After the outrage over the Higher Secondary (HS) and Madhyamik marks scandals, the government appears to be inching towards implementing a Central government proposal to replace the present assessment system with grades.
School education minister Kanti Biswas said on Sunday the government was in the “final stages” of examining the proposal, approved by the National Council for Educational Research and Training (NCERT). “There are many advantages in the grade system,” admitted Biswas. “But it is a new concept and many factors will have to be examined for the successful implementation of this system.”
Biswas, however, cautioned that even if the government gave full marks to the grade system, it was up to the Madhyamik Board and the Higher Secondary Council, both autonomous bodies, to work out a formula to adopt the new system. “We will extend cooperation to them,” added Biswas.
The government had accepted the grades proposal, in principle, during a meeting with officials of the NCERT in Delhi last year. The Bengal government’s present push to implement the NCERT suggestion has clearly been triggered by the marks muddle, culminating in a slew of court cases and altered numbers. Sources in the education department added that the grade system would not specify the exact marks obtained by examinees, thus reducing the pressure on students and leaving less room for grievance and redress.
As a first step towards phasing out the present evaluation system, the Higher Secondary Council is poised to scrap the merit list from next year. Instead, it will publish a list of students scoring 900 marks and above. The measure is being considered in order to avoid the kind of embarrassment caused this time, when the Madhyamik merit list wore a drastically different look, post-scrutiny.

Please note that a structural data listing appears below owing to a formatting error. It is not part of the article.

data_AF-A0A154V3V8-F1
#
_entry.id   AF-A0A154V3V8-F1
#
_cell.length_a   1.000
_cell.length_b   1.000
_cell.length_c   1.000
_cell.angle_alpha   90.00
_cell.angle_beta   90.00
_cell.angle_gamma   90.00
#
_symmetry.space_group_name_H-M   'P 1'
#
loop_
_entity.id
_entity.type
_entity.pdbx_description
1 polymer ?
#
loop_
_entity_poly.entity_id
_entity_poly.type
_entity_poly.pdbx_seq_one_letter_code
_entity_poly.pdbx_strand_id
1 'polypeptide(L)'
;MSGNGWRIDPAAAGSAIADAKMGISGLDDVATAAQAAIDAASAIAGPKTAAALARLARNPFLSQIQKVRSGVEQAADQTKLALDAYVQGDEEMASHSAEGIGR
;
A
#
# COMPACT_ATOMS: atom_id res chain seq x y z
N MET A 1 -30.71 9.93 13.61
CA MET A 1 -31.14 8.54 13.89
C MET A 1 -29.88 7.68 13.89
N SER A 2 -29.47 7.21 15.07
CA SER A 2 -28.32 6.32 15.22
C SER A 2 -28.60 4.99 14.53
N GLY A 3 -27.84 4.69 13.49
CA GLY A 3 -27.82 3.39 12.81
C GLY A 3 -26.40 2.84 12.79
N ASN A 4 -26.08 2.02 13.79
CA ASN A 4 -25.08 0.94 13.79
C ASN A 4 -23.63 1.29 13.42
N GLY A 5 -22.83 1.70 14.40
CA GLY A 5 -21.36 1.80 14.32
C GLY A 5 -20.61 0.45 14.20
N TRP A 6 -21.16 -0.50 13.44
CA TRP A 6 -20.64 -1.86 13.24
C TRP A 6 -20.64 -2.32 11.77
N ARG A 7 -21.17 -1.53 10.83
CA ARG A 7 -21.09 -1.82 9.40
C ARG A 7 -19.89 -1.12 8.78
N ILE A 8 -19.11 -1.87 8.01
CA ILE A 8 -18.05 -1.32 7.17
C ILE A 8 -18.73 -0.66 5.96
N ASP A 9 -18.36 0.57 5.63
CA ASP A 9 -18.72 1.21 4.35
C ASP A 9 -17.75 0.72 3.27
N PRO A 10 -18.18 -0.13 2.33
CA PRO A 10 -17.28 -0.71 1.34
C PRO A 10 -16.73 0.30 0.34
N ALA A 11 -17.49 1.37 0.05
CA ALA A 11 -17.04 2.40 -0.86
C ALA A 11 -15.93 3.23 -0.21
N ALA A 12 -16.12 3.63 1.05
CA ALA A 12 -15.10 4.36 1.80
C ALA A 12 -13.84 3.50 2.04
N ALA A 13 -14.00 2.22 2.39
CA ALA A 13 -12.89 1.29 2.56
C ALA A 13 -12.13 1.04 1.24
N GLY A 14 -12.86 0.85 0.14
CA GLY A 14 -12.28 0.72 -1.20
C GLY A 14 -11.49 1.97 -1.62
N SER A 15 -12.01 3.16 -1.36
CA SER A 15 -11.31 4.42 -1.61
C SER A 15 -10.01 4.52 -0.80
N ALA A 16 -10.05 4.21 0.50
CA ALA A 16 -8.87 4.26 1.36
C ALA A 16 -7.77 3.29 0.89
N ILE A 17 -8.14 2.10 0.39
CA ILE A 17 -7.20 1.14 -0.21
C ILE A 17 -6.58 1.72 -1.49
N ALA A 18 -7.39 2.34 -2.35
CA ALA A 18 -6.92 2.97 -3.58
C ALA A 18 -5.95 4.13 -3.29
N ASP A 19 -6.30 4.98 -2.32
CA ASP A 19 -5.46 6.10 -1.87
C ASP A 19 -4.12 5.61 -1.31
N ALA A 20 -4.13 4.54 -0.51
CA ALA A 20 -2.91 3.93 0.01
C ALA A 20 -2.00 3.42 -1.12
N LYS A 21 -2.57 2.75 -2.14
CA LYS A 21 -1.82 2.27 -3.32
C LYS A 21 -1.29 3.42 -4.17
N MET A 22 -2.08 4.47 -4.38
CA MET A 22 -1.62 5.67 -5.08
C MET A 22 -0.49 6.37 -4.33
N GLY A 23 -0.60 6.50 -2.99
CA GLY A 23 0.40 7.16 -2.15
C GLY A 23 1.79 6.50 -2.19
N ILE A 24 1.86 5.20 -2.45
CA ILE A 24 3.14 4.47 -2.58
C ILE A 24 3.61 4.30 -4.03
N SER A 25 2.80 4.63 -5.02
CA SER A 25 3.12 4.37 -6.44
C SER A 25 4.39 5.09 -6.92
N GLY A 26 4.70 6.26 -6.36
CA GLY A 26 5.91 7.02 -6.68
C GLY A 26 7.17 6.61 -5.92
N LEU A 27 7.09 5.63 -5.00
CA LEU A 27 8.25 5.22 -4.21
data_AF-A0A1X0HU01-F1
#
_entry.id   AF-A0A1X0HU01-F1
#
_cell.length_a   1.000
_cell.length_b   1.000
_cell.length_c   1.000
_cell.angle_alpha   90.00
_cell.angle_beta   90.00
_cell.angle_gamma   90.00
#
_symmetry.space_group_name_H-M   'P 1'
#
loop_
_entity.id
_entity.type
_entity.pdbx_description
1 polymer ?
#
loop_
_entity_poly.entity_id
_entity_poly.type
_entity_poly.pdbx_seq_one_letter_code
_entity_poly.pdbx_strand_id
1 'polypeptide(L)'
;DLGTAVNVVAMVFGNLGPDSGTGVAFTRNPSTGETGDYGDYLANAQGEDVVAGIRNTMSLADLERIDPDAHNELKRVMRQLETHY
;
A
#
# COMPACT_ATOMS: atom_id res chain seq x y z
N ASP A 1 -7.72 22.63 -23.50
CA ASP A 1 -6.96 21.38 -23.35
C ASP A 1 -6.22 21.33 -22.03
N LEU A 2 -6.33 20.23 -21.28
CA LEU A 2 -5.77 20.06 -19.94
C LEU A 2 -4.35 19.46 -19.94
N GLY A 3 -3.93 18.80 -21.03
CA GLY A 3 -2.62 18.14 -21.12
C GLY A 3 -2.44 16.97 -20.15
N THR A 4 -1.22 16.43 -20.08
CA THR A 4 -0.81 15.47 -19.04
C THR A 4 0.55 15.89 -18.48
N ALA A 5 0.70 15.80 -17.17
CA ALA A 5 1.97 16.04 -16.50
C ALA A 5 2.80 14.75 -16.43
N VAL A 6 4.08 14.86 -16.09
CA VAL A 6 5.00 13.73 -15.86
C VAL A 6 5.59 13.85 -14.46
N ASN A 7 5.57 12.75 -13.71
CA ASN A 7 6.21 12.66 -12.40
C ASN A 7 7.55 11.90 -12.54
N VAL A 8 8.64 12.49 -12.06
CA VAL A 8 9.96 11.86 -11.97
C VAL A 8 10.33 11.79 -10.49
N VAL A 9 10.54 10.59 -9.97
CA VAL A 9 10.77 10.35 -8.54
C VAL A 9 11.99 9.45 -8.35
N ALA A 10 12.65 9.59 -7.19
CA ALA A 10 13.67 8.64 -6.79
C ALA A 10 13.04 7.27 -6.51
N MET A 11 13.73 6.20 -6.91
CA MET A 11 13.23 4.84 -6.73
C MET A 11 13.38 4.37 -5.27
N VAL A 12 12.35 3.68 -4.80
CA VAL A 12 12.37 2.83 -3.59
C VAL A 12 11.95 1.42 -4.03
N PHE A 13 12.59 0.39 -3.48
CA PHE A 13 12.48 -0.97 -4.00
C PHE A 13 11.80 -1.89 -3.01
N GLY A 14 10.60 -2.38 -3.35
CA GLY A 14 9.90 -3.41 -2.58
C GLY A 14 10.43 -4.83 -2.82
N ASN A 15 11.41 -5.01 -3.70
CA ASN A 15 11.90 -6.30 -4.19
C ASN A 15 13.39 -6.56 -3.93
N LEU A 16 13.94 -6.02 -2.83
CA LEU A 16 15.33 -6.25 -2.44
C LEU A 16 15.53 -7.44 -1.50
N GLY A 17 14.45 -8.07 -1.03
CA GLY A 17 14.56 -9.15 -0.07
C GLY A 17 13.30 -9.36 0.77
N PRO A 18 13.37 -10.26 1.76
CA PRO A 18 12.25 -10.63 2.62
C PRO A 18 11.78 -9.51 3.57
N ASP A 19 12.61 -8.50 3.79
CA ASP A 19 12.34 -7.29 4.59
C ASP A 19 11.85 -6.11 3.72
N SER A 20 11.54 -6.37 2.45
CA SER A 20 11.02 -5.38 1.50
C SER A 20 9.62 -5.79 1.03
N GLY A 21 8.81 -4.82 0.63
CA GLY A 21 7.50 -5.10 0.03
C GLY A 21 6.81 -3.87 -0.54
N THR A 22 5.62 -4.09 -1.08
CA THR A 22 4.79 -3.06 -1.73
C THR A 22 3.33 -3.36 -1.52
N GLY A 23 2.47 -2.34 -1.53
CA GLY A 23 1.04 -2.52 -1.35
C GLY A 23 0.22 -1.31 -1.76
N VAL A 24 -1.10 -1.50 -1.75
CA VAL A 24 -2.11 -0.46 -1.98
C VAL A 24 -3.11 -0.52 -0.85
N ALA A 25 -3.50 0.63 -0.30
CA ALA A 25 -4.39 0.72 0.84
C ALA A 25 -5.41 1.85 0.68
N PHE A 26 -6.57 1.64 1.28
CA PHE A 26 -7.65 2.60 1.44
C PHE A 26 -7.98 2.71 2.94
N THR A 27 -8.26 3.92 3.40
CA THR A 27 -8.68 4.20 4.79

Jyotirmoy Mukherjee, president, West Bengal Council for Higher Secondary Education, said: “We are thinking of introducing a number of changes in our examination system and the grade system is one of them. We are planning to do so as soon as possible, as it is a more scientific method, practised in most other countries.”
Mukherjee, while admitting to lapses in the examination system that had led to “some mistakes in the marksheets”, expressed concern over the tendency among students to challenge their results in court. According to him, nearly 124 examinees had filed cases, but the marks of only two had increased. “The figure is negligible, considering there are nearly four-lakh examinees. But the fact that more and more students are moving court is sending out a wrong signal to the people and eroding their confidence in the functioning of the Council,” added Mukherjee.